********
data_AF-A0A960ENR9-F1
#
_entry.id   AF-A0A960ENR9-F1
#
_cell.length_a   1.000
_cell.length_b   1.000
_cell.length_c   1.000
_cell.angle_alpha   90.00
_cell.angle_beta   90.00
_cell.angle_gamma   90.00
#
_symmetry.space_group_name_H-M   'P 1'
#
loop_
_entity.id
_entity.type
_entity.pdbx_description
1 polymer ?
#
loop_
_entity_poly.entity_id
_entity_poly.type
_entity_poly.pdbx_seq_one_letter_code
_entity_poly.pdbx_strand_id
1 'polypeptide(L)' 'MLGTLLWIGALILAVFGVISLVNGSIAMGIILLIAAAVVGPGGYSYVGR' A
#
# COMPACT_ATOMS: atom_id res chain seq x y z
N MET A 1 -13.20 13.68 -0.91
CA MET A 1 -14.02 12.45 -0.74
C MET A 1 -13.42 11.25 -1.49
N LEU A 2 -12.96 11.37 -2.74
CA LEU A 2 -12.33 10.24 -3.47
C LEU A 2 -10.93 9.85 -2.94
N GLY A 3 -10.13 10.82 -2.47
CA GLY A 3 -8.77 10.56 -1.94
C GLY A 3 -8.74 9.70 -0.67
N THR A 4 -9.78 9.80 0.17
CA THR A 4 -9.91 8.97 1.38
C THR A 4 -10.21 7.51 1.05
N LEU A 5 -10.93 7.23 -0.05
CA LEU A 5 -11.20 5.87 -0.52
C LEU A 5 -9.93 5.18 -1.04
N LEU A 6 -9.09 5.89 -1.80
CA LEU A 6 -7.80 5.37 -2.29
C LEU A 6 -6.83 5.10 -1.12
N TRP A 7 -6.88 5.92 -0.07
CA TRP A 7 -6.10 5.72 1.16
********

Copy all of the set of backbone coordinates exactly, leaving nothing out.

data_AF-A0A960ENR9-F1
#
_entry.id   AF-A0A960ENR9-F1
#
_cell.length_a   1.000
_cell.length_b   1.000
_cell.length_c   1.000
_cell.angle_alpha   90.00
_cell.angle_beta   90.00
_cell.angle_gamma   90.00
#
_symmetry.space_group_name_H-M   'P 1'
#
loop_
_entity.id
_entity.type
_entity.pdbx_description
1 polymer ?
#
loop_
_entity_poly.entity_id
_entity_poly.type
_entity_poly.pdbx_seq_one_letter_code
_entity_poly.pdbx_strand_id
1 'polypeptide(L)' 'MLGTLLWIGALILAVFGVISLVNGSIAMGIILLIAAAVVGPGGYSYVGR' A
#
# COMPACT_ATOMS: atom_id res chain seq x y z
N MET A 1 -13.20 13.68 -0.91
CA MET A 1 -14.02 12.45 -0.74
C MET A 1 -13.42 11.25 -1.49
N LEU A 2 -12.96 11.37 -2.74
CA LEU A 2 -12.33 10.24 -3.47
C LEU A 2 -10.93 9.85 -2.94
N GLY A 3 -10.13 10.82 -2.47
CA GLY A 3 -8.77 10.56 -1.94
C GLY A 3 -8.74 9.70 -0.67
N THR A 4 -9.78 9.80 0.17
CA THR A 4 -9.91 8.97 1.38
C THR A 4 -10.21 7.51 1.05
N LEU A 5 -10.93 7.23 -0.05
CA LEU A 5 -11.20 5.87 -0.52
C LEU A 5 -9.93 5.18 -1.04
N LEU A 6 -9.09 5.89 -1.80
CA LEU A 6 -7.80 5.37 -2.29
C LEU A 6 -6.83 5.10 -1.12
N TRP A 7 -6.88 5.92 -0.07
CA TRP A 7 -6.10 5.72 1.16